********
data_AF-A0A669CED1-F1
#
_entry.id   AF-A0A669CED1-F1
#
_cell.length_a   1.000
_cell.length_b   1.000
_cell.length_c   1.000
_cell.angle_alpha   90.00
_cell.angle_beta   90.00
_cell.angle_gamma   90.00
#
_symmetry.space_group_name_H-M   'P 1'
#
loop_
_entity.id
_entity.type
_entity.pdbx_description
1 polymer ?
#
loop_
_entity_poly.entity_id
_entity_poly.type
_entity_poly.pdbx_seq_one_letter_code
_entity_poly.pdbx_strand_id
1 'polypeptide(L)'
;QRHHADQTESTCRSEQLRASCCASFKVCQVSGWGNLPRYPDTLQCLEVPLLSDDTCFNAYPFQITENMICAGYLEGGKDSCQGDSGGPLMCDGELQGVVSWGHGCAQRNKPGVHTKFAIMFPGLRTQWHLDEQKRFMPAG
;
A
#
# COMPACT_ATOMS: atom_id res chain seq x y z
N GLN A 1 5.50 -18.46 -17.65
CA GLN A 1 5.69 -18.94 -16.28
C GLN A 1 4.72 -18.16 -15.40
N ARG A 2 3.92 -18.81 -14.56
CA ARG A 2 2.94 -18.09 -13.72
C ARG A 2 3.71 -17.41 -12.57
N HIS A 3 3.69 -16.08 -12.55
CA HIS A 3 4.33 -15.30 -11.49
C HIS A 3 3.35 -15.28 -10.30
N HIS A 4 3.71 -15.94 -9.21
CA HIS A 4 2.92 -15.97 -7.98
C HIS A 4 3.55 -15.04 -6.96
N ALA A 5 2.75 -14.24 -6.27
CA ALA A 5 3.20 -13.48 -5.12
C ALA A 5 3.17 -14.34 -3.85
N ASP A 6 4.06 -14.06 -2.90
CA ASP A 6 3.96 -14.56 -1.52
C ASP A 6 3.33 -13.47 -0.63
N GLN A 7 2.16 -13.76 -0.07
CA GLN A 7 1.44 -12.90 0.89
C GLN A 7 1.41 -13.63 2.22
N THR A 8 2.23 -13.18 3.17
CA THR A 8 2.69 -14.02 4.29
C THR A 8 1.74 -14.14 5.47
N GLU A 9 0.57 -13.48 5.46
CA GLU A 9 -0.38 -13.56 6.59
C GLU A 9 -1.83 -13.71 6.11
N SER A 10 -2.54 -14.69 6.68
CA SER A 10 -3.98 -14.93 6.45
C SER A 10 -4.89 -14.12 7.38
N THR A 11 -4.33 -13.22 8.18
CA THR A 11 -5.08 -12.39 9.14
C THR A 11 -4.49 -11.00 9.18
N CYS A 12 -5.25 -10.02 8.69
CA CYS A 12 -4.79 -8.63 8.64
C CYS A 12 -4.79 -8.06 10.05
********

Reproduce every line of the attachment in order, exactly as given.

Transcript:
data_AF-A0A669CED1-F1
#
_entry.id   AF-A0A669CED1-F1
#
_cell.length_a   1.000
_cell.length_b   1.000
_cell.length_c   1.000
_cell.angle_alpha   90.00
_cell.angle_beta   90.00
_cell.angle_gamma   90.00
#
_symmetry.space_group_name_H-M   'P 1'
#
loop_
_entity.id
_entity.type
_entity.pdbx_description
1 polymer ?
#
loop_
_entity_poly.entity_id
_entity_poly.type
_entity_poly.pdbx_seq_one_letter_code
_entity_poly.pdbx_strand_id
1 'polypeptide(L)'
;QRHHADQTESTCRSEQLRASCCASFKVCQVSGWGNLPRYPDTLQCLEVPLLSDDTCFNAYPFQITENMICAGYLEGGKDSCQGDSGGPLMCDGELQGVVSWGHGCAQRNKPGVHTKFAIMFPGLRTQWHLDEQKRFMPAG
;
A
#
# COMPACT_ATOMS: atom_id res chain seq x y z
N GLN A 1 5.50 -18.46 -17.65
CA GLN A 1 5.69 -18.94 -16.28
C GLN A 1 4.72 -18.16 -15.40
N ARG A 2 3.92 -18.81 -14.56
CA ARG A 2 2.94 -18.09 -13.72
C ARG A 2 3.71 -17.41 -12.57
N HIS A 3 3.69 -16.08 -12.55
CA HIS A 3 4.33 -15.30 -11.49
C HIS A 3 3.35 -15.28 -10.30
N HIS A 4 3.71 -15.94 -9.21
CA HIS A 4 2.92 -15.97 -7.98
C HIS A 4 3.55 -15.04 -6.96
N ALA A 5 2.75 -14.24 -6.27
CA ALA A 5 3.20 -13.48 -5.12
C ALA A 5 3.17 -14.34 -3.85
N ASP A 6 4.06 -14.06 -2.90
CA ASP A 6 3.96 -14.56 -1.52
C ASP A 6 3.33 -13.47 -0.63
N GLN A 7 2.16 -13.76 -0.07
CA GLN A 7 1.44 -12.90 0.89
C GLN A 7 1.41 -13.63 2.22
N THR A 8 2.23 -13.18 3.17
CA THR A 8 2.69 -14.02 4.29
C THR A 8 1.74 -14.14 5.47
N GLU A 9 0.57 -13.48 5.46
CA GLU A 9 -0.38 -13.56 6.59
C GLU A 9 -1.83 -13.71 6.11
N SER A 10 -2.54 -14.69 6.68
CA SER A 10 -3.98 -14.93 6.45
C SER A 10 -4.89 -14.12 7.38
N THR A 11 -4.33 -13.22 8.18
CA THR A 11 -5.08 -12.39 9.14
C THR A 11 -4.49 -11.00 9.18
N CYS A 12 -5.25 -10.02 8.69
CA CYS A 12 -4.79 -8.63 8.64
C CYS A 12 -4.79 -8.06 10.05